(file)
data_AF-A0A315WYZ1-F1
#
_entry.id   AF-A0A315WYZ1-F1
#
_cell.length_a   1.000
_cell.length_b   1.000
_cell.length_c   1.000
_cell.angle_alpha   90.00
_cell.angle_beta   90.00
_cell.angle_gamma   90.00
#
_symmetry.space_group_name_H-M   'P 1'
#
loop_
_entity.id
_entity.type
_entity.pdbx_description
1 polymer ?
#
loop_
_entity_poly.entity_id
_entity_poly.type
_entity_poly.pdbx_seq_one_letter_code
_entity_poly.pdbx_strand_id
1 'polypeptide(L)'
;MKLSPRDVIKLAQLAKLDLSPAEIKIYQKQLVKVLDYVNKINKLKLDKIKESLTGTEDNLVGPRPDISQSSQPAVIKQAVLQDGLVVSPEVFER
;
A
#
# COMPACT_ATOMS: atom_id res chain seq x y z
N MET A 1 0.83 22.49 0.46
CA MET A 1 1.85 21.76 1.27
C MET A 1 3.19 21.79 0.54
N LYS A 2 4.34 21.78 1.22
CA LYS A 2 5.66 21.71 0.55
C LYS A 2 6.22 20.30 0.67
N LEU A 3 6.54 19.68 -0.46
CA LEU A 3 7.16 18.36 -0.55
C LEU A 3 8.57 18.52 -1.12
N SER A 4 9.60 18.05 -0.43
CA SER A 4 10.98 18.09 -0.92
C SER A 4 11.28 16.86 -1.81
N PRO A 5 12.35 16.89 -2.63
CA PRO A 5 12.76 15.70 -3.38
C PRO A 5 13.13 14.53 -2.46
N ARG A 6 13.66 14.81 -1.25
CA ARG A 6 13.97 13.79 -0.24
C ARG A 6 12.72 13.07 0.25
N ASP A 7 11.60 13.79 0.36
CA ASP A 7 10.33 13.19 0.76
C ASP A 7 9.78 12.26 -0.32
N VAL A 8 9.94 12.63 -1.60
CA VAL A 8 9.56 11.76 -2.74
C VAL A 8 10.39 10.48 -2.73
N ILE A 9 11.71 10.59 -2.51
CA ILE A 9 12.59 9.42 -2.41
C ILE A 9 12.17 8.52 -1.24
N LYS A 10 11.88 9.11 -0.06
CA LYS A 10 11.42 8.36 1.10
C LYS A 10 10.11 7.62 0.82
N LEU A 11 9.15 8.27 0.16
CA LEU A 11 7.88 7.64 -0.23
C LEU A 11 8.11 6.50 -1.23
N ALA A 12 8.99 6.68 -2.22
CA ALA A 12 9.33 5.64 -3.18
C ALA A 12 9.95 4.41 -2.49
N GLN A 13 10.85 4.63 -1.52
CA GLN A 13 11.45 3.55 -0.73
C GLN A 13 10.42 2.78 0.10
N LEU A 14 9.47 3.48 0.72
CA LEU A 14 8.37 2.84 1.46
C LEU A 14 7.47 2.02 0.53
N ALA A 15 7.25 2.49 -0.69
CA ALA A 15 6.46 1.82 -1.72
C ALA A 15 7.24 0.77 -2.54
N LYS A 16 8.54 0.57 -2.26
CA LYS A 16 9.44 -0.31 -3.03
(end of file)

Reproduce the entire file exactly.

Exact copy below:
data_AF-A0A315WYZ1-F1
#
_entry.id   AF-A0A315WYZ1-F1
#
_cell.length_a   1.000
_cell.length_b   1.000
_cell.length_c   1.000
_cell.angle_alpha   90.00
_cell.angle_beta   90.00
_cell.angle_gamma   90.00
#
_symmetry.space_group_name_H-M   'P 1'
#
loop_
_entity.id
_entity.type
_entity.pdbx_description
1 polymer ?
#
loop_
_entity_poly.entity_id
_entity_poly.type
_entity_poly.pdbx_seq_one_letter_code
_entity_poly.pdbx_strand_id
1 'polypeptide(L)'
;MKLSPRDVIKLAQLAKLDLSPAEIKIYQKQLVKVLDYVNKINKLKLDKIKESLTGTEDNLVGPRPDISQSSQPAVIKQAVLQDGLVVSPEVFER
;
A
#
# COMPACT_ATOMS: atom_id res chain seq x y z
N MET A 1 0.83 22.49 0.46
CA MET A 1 1.85 21.76 1.27
C MET A 1 3.19 21.79 0.54
N LYS A 2 4.34 21.78 1.22
CA LYS A 2 5.66 21.71 0.55
C LYS A 2 6.22 20.30 0.67
N LEU A 3 6.54 19.68 -0.46
CA LEU A 3 7.16 18.36 -0.55
C LEU A 3 8.57 18.52 -1.12
N SER A 4 9.60 18.05 -0.43
CA SER A 4 10.98 18.09 -0.92
C SER A 4 11.28 16.86 -1.81
N PRO A 5 12.35 16.89 -2.63
CA PRO A 5 12.76 15.70 -3.38
C PRO A 5 13.13 14.53 -2.46
N ARG A 6 13.66 14.81 -1.25
CA ARG A 6 13.97 13.79 -0.24
C ARG A 6 12.72 13.07 0.25
N ASP A 7 11.60 13.79 0.36
CA ASP A 7 10.33 13.19 0.76
C ASP A 7 9.78 12.26 -0.32
N VAL A 8 9.94 12.63 -1.60
CA VAL A 8 9.56 11.76 -2.74
C VAL A 8 10.39 10.48 -2.73
N ILE A 9 11.71 10.59 -2.51
CA ILE A 9 12.59 9.42 -2.41
C ILE A 9 12.17 8.52 -1.24
N LYS A 10 11.88 9.11 -0.06
CA LYS A 10 11.42 8.36 1.10
C LYS A 10 10.11 7.62 0.82
N LEU A 11 9.15 8.27 0.16
CA LEU A 11 7.88 7.64 -0.23
C LEU A 11 8.11 6.50 -1.23
N ALA A 12 8.99 6.68 -2.22
CA ALA A 12 9.33 5.64 -3.18
C ALA A 12 9.95 4.41 -2.49
N GLN A 13 10.85 4.63 -1.52
CA GLN A 13 11.45 3.55 -0.73
C GLN A 13 10.42 2.78 0.10
N LEU A 14 9.47 3.48 0.72
CA LEU A 14 8.37 2.84 1.46
C LEU A 14 7.47 2.02 0.53
N ALA A 15 7.25 2.49 -0.69
CA ALA A 15 6.46 1.82 -1.72
C ALA A 15 7.24 0.77 -2.54
N LYS A 16 8.54 0.57 -2.26
CA LYS A 16 9.44 -0.31 -3.03